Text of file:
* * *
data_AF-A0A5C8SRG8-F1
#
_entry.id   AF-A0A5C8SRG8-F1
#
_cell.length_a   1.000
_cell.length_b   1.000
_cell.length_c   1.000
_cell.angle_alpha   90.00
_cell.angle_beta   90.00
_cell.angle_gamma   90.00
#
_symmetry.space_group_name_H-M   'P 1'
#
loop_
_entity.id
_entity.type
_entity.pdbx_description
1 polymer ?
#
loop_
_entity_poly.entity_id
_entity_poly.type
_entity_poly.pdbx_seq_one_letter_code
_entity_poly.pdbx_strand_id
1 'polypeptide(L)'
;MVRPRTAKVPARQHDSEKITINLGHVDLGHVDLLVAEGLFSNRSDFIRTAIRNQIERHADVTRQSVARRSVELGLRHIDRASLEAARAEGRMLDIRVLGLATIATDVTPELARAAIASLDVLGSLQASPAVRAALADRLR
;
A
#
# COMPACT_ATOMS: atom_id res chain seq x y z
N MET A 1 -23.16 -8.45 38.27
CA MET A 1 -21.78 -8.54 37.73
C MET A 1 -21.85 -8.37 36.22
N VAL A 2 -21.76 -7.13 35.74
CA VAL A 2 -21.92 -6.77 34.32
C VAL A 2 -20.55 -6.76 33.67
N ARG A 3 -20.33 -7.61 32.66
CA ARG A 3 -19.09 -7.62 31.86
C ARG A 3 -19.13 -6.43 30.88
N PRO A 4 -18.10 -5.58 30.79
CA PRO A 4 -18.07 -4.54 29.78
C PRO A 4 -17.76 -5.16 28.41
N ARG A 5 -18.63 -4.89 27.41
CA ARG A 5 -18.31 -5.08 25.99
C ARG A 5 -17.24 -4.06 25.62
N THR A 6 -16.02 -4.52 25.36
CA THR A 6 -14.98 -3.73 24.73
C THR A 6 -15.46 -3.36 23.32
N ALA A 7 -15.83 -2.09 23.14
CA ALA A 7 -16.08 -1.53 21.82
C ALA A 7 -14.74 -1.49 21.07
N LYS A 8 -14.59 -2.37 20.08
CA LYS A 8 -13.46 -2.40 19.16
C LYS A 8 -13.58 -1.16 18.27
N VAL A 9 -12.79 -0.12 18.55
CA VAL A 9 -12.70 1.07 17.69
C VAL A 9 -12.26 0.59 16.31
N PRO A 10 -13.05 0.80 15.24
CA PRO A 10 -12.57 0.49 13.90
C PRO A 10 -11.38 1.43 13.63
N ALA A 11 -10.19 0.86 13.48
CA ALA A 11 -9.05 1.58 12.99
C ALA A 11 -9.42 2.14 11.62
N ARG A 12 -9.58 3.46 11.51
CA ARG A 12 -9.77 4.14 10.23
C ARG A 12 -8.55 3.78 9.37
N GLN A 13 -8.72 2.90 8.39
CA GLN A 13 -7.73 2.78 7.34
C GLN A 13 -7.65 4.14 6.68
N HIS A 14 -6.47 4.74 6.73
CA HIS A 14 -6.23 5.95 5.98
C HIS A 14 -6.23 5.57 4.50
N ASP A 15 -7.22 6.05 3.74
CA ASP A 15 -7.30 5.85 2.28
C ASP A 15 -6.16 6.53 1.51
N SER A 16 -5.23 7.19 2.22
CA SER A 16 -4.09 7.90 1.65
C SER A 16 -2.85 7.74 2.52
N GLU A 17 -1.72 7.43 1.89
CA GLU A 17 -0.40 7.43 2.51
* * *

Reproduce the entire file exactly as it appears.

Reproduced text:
data_AF-A0A5C8SRG8-F1
#
_entry.id   AF-A0A5C8SRG8-F1
#
_cell.length_a   1.000
_cell.length_b   1.000
_cell.length_c   1.000
_cell.angle_alpha   90.00
_cell.angle_beta   90.00
_cell.angle_gamma   90.00
#
_symmetry.space_group_name_H-M   'P 1'
#
loop_
_entity.id
_entity.type
_entity.pdbx_description
1 polymer ?
#
loop_
_entity_poly.entity_id
_entity_poly.type
_entity_poly.pdbx_seq_one_letter_code
_entity_poly.pdbx_strand_id
1 'polypeptide(L)'
;MVRPRTAKVPARQHDSEKITINLGHVDLGHVDLLVAEGLFSNRSDFIRTAIRNQIERHADVTRQSVARRSVELGLRHIDRASLEAARAEGRMLDIRVLGLATIATDVTPELARAAIASLDVLGSLQASPAVRAALADRLR
;
A
#
# COMPACT_ATOMS: atom_id res chain seq x y z
N MET A 1 -23.16 -8.45 38.27
CA MET A 1 -21.78 -8.54 37.73
C MET A 1 -21.85 -8.37 36.22
N VAL A 2 -21.76 -7.13 35.74
CA VAL A 2 -21.92 -6.77 34.32
C VAL A 2 -20.55 -6.76 33.67
N ARG A 3 -20.33 -7.61 32.66
CA ARG A 3 -19.09 -7.62 31.86
C ARG A 3 -19.13 -6.43 30.88
N PRO A 4 -18.10 -5.58 30.79
CA PRO A 4 -18.07 -4.54 29.78
C PRO A 4 -17.76 -5.16 28.41
N ARG A 5 -18.63 -4.89 27.41
CA ARG A 5 -18.31 -5.08 25.99
C ARG A 5 -17.24 -4.06 25.62
N THR A 6 -16.02 -4.52 25.36
CA THR A 6 -14.98 -3.73 24.73
C THR A 6 -15.46 -3.36 23.32
N ALA A 7 -15.83 -2.09 23.14
CA ALA A 7 -16.08 -1.53 21.82
C ALA A 7 -14.74 -1.49 21.07
N LYS A 8 -14.59 -2.37 20.08
CA LYS A 8 -13.46 -2.40 19.16
C LYS A 8 -13.58 -1.16 18.27
N VAL A 9 -12.79 -0.12 18.55
CA VAL A 9 -12.70 1.07 17.69
C VAL A 9 -12.26 0.59 16.31
N PRO A 10 -13.05 0.80 15.24
CA PRO A 10 -12.57 0.49 13.90
C PRO A 10 -11.38 1.43 13.63
N ALA A 11 -10.19 0.86 13.48
CA ALA A 11 -9.05 1.58 12.99
C ALA A 11 -9.42 2.14 11.62
N ARG A 12 -9.58 3.46 11.51
CA ARG A 12 -9.77 4.14 10.23
C ARG A 12 -8.55 3.78 9.37
N GLN A 13 -8.72 2.90 8.39
CA GLN A 13 -7.73 2.78 7.34
C GLN A 13 -7.65 4.14 6.68
N HIS A 14 -6.47 4.74 6.73
CA HIS A 14 -6.23 5.95 5.98
C HIS A 14 -6.23 5.57 4.50
N ASP A 15 -7.22 6.05 3.74
CA ASP A 15 -7.30 5.85 2.28
C ASP A 15 -6.16 6.53 1.51
N SER A 16 -5.23 7.19 2.22
CA SER A 16 -4.09 7.90 1.65
C SER A 16 -2.85 7.74 2.52
N GLU A 17 -1.72 7.43 1.89
CA GLU A 17 -0.40 7.43 2.51